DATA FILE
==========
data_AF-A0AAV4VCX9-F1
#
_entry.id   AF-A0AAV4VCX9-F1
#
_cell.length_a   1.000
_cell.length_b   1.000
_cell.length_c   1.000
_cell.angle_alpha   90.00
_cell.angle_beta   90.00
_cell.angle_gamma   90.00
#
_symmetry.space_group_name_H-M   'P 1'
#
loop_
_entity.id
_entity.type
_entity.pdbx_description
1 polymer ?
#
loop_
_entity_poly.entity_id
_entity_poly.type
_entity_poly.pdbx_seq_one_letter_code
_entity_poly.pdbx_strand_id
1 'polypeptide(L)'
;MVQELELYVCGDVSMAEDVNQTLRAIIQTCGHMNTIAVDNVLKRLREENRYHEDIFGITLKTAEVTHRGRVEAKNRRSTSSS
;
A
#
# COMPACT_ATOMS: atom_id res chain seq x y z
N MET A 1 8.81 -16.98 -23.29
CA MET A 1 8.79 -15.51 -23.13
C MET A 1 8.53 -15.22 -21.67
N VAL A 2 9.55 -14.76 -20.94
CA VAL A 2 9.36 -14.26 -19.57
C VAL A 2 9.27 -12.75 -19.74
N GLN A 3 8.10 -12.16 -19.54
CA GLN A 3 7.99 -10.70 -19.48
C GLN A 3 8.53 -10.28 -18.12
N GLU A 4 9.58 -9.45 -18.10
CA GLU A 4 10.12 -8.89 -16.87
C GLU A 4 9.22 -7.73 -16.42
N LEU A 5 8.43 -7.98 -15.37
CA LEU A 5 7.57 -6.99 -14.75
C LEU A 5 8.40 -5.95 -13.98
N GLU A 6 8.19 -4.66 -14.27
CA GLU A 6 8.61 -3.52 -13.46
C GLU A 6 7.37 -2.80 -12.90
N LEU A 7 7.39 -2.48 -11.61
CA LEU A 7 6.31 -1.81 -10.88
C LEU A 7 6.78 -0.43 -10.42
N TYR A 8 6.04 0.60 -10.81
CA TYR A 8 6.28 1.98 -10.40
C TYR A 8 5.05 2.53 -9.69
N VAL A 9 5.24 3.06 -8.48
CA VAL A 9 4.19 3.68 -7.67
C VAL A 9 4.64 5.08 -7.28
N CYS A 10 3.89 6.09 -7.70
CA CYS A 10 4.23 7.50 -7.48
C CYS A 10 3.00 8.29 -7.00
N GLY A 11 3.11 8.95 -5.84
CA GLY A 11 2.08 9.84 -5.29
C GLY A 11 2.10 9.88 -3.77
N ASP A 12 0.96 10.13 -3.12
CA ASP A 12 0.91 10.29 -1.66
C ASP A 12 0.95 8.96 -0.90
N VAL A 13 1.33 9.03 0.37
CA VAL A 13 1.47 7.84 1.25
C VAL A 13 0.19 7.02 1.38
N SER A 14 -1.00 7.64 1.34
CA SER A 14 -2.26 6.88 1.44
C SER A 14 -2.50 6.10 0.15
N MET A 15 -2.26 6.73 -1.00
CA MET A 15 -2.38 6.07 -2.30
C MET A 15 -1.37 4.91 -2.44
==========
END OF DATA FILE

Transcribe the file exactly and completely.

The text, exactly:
data_AF-A0AAV4VCX9-F1
#
_entry.id   AF-A0AAV4VCX9-F1
#
_cell.length_a   1.000
_cell.length_b   1.000
_cell.length_c   1.000
_cell.angle_alpha   90.00
_cell.angle_beta   90.00
_cell.angle_gamma   90.00
#
_symmetry.space_group_name_H-M   'P 1'
#
loop_
_entity.id
_entity.type
_entity.pdbx_description
1 polymer ?
#
loop_
_entity_poly.entity_id
_entity_poly.type
_entity_poly.pdbx_seq_one_letter_code
_entity_poly.pdbx_strand_id
1 'polypeptide(L)'
;MVQELELYVCGDVSMAEDVNQTLRAIIQTCGHMNTIAVDNVLKRLREENRYHEDIFGITLKTAEVTHRGRVEAKNRRSTSSS
;
A
#
# COMPACT_ATOMS: atom_id res chain seq x y z
N MET A 1 8.81 -16.98 -23.29
CA MET A 1 8.79 -15.51 -23.13
C MET A 1 8.53 -15.22 -21.67
N VAL A 2 9.55 -14.76 -20.94
CA VAL A 2 9.36 -14.26 -19.57
C VAL A 2 9.27 -12.75 -19.74
N GLN A 3 8.10 -12.16 -19.54
CA GLN A 3 7.99 -10.70 -19.48
C GLN A 3 8.53 -10.28 -18.12
N GLU A 4 9.58 -9.45 -18.10
CA GLU A 4 10.12 -8.89 -16.87
C GLU A 4 9.22 -7.73 -16.42
N LEU A 5 8.43 -7.98 -15.37
CA LEU A 5 7.57 -6.99 -14.75
C LEU A 5 8.40 -5.95 -13.98
N GLU A 6 8.19 -4.66 -14.27
CA GLU A 6 8.61 -3.52 -13.46
C GLU A 6 7.37 -2.80 -12.90
N LEU A 7 7.39 -2.48 -11.61
CA LEU A 7 6.31 -1.81 -10.88
C LEU A 7 6.78 -0.43 -10.42
N TYR A 8 6.04 0.60 -10.81
CA TYR A 8 6.28 1.98 -10.40
C TYR A 8 5.05 2.53 -9.69
N VAL A 9 5.24 3.06 -8.48
CA VAL A 9 4.19 3.68 -7.67
C VAL A 9 4.64 5.08 -7.28
N CYS A 10 3.89 6.09 -7.70
CA CYS A 10 4.23 7.50 -7.48
C CYS A 10 3.00 8.29 -7.00
N GLY A 11 3.11 8.95 -5.84
CA GLY A 11 2.08 9.84 -5.29
C GLY A 11 2.10 9.88 -3.77
N ASP A 12 0.96 10.13 -3.12
CA ASP A 12 0.91 10.29 -1.66
C ASP A 12 0.95 8.96 -0.90
N VAL A 13 1.33 9.03 0.37
CA VAL A 13 1.47 7.84 1.25
C VAL A 13 0.19 7.02 1.38
N SER A 14 -1.00 7.64 1.34
CA SER A 14 -2.26 6.88 1.44
C SER A 14 -2.50 6.10 0.15
N MET A 15 -2.26 6.73 -1.00
CA MET A 15 -2.38 6.07 -2.30
C MET A 15 -1.37 4.91 -2.44